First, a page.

Co-employment opens doors for companies to expand the breadth and expertise of their workforce using long-term contractors. Yet many organizations avoid taking full advantage of this work system because they are unsure of how to mitigate co-employment risks.

What is the answer, then? Businesses that want to engage long-term contractors through co-employment have to anticipate and ward off issues from the onset. With pragmatic planning, employers and workers alike can benefit from this arrangement.

Businesses should follow these five highly effective strategies for making the most of a co-employment relationship:

1. Ensure recruitment processes are aligned for both parties.

Temporary staffing firms sometimes communicate the roles and responsibilities of a job to prospective employees in ways that raise more questions than provide answers. Not only can this frustrate a prospective worker, but it can also lead to unqualified candidates landing in co-employment positions after being poorly recruited. And it creates unsatisfactory outcomes for the worker and can negatively affect office culture.

To prevent co-employment issues with temporary employees, invite the staffing agency recruiters for a tour. Show them the work you do, and have them interview employees to get an understanding of daily duties. Then, when the agency begins seeking appropriate candidates to fill open jobs, agency recruiters will be able to accurately explain expectations.

2. Take contractor complaints seriously.

Unhappy workers file complaints. Sometimes, though, companies feel no obligation to address temporary worker concerns or conduct investigations into grievances. In the worst cases, a company might terminate someone for complaining. But when an organization does this, it gives the worker a potentially valid claim of retaliation.

To avoid this situation, companies should responsibly consider all complaints and follow protocols and agreed-upon responsibilities as co-employers. If a thorough investigation seems necessary, workers and their staffing agencies should come together to agree on which party is best suited to conduct it.

3. Address all aspects of compensation upfront.

Conversations about compensation shouldn’t be limited only to what contractors receive in their typical paycheck. Workers and their employers of record should always work together on an agreement outlining the comprehensive compensation structure and all of the details it involves. For instance, will the contractor qualify for overtime? Is his or her role exempt because of federal and state guidelines? Should he or she expect bonuses or commission?

By considering every possibility, co-employment partners can effectively stave off future miscommunications about payroll or wage claims. If you are unsure about how to structure your compensation model, talk with your EOR. The agency might already have language in place in a document that will give you a strong starting point.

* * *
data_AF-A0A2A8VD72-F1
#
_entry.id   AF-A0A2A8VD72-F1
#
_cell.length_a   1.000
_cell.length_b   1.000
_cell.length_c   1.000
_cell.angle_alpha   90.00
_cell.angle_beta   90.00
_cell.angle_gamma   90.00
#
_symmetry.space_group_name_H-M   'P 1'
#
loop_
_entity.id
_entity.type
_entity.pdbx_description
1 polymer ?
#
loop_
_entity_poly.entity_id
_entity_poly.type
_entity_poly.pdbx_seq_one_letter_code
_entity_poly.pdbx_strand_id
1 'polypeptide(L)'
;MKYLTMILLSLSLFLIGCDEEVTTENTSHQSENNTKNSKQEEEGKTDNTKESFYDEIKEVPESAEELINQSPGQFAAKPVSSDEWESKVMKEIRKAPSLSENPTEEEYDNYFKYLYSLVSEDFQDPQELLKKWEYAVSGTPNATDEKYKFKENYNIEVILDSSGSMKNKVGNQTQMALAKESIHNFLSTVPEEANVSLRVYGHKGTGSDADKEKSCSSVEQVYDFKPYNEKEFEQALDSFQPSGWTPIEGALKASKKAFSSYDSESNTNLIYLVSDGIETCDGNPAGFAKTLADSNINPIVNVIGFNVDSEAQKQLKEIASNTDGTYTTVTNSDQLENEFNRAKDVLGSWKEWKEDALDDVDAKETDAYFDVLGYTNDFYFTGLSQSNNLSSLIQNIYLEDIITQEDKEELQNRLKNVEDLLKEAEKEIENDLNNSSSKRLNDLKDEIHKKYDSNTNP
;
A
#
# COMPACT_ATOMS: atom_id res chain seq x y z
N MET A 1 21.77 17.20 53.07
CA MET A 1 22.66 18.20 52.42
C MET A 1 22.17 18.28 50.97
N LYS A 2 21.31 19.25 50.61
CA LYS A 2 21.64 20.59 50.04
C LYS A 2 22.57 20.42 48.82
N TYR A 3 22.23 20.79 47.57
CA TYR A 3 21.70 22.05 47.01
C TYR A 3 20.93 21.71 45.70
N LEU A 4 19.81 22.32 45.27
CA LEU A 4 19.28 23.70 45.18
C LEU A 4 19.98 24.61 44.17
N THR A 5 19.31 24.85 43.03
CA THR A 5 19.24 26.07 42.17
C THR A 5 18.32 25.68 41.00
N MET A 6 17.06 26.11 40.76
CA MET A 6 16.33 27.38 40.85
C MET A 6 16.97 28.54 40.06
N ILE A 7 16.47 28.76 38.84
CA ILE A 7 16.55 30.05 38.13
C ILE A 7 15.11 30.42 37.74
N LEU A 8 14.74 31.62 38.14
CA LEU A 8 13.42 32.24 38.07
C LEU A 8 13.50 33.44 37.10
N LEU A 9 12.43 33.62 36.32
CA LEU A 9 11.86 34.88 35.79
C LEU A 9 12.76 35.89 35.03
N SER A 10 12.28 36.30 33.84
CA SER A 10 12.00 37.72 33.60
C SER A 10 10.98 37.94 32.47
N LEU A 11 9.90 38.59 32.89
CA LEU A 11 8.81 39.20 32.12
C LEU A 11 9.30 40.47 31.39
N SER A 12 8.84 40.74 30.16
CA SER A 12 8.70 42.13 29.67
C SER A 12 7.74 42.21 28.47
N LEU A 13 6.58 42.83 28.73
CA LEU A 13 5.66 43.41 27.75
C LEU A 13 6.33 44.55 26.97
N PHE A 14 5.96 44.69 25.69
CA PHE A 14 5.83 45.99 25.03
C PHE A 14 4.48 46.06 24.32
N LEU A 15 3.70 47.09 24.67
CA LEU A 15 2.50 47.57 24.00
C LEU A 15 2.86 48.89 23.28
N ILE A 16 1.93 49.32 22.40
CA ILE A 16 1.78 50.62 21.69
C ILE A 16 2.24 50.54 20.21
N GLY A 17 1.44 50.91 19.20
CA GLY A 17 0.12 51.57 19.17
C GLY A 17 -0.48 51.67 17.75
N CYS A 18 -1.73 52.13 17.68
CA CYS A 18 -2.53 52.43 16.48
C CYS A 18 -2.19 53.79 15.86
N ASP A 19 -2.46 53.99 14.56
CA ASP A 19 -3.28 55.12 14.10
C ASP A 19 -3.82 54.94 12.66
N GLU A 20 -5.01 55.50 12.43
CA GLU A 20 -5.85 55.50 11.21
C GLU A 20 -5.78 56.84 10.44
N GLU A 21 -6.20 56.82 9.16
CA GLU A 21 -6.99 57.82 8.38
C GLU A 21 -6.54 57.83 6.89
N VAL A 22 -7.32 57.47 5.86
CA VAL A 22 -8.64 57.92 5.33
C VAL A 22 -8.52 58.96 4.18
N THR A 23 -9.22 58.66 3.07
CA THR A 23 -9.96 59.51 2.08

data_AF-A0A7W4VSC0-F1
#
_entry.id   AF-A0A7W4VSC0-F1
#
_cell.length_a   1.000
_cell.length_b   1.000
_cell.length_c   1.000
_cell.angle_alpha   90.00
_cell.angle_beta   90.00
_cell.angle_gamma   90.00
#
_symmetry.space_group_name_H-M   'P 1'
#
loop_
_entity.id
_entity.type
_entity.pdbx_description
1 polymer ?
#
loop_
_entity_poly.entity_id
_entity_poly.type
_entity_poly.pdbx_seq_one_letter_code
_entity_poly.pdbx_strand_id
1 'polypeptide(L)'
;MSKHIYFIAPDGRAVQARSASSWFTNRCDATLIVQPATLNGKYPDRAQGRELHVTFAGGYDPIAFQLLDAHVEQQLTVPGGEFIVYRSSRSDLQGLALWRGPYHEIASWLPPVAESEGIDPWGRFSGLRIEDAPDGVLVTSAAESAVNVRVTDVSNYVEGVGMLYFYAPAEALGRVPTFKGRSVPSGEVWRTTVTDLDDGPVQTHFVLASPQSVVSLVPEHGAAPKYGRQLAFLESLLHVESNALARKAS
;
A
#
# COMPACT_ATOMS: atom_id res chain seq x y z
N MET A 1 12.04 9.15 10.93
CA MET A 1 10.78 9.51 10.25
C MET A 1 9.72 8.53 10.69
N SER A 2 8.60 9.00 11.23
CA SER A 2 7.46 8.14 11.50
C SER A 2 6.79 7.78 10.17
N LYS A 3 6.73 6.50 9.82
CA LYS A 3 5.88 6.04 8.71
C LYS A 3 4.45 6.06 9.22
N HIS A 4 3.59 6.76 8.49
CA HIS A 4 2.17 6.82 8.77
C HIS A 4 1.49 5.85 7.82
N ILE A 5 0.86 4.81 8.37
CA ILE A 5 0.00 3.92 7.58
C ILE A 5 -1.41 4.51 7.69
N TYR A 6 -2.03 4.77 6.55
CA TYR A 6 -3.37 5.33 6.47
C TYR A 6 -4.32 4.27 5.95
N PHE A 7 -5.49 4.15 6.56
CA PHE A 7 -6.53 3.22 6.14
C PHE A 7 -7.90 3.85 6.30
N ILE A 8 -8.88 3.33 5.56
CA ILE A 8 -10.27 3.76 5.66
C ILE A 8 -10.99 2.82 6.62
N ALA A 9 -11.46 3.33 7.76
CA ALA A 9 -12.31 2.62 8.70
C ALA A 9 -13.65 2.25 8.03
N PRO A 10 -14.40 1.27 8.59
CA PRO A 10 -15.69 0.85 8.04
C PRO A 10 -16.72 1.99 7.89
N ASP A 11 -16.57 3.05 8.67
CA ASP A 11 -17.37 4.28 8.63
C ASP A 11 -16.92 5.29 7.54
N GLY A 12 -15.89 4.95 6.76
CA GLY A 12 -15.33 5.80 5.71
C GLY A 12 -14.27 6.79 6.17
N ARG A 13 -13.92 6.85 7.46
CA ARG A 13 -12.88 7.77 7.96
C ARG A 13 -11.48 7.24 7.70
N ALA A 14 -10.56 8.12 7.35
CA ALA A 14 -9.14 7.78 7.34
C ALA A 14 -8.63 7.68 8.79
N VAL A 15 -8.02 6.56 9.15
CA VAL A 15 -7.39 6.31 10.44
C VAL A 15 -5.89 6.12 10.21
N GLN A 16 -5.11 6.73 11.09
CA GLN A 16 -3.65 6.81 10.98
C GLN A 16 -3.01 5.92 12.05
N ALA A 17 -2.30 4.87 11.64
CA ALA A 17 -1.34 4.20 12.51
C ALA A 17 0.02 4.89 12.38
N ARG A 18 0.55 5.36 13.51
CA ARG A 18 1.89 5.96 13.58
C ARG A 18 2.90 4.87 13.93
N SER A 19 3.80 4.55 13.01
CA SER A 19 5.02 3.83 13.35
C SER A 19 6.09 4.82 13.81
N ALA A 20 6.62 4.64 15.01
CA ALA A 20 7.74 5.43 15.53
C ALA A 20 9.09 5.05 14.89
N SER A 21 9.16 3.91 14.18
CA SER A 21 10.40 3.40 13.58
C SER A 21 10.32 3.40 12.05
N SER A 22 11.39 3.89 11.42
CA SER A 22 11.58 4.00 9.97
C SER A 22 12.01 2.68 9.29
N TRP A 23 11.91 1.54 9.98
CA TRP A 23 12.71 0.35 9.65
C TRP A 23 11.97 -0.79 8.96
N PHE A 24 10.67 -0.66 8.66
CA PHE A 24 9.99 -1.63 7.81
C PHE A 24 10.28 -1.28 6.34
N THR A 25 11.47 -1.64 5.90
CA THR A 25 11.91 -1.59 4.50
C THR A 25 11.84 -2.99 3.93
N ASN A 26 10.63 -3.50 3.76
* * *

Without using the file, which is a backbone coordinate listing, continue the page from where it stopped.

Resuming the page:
4. Clear up confusion over benefits before questions arise.

The landmark Vizcaino v. Microsoft Corp. class-action lawsuit decided more than 20 years ago had a big impact on co-employment relationships. The case came up when Microsoft incorrectly categorized some of its employees as temporary or independent contractors, meaning they weren’t eligible for benefits. Ultimately, the courts determined the workers were “common law employees” and entitled to perks like stock options. Microsoft settled the case, giving the workers the chance to buy stock, among other benefits.

To avoid this type of expensive and embarrassing co-employment risk at your own company, review your benefit plan documents to ensure specific groups of workers are excluded, such as those hired through a third-party agency. Be sure to analyze your 401(k), health and wellness, and stock option plans with legal counsel, too, to ensure your company practices adhere to all rules and regulations.

5. Verify compliance programs.

Over the years, state and local notice requirements, privacy laws, paid sick time rules, protected leaves of absence regulations, and legal issues pertaining to employee selection have increased, all of which are costly. Regrettably, some EORs have cut corners in their compliance departments by eliminating their legal counsels and operating without some of the latest technology. As an example, some were sending workers to companies before their background checks were completed because they didn’t have the resources for the job.

How can you safeguard your business against these errors? Before partnering with an EOR, ask for an overview of its compliance programs. Find out how the EOR tracks mandated paid sick time, responds to workers who request time off for medical leave, conducts drug and background screenings, and sends wage notifications to workers. Additionally, ask how much of a worker’s personal information you will receive; ideally, it should be minimal unless workers agree to let you know more.

Co-employment has the capacity to rev up your efficiency and productivity. After finding a reputable EOR as equally committed to making the most of the arrangement, cross your t’s and dot the i’s together to set yourself up for the best co-employment risk mitigation possible.

Article written by: Tania Fiero, Chief Human Resources Officer at IES

Tania Fiero, PHR is Chief Human Resources Officer at Innovative Employee Solutions, a leading global Employer of Record in more than 150 countries that specializes in contingent workforce solutions such as outsourced payrolling, independent contractor compliance, and contractor management services. Founded in 1974, IES has grown into one of San Diego’s largest women-owned businesses and has been named one of the city’s “Best Places to Work” for 10 years in a row.

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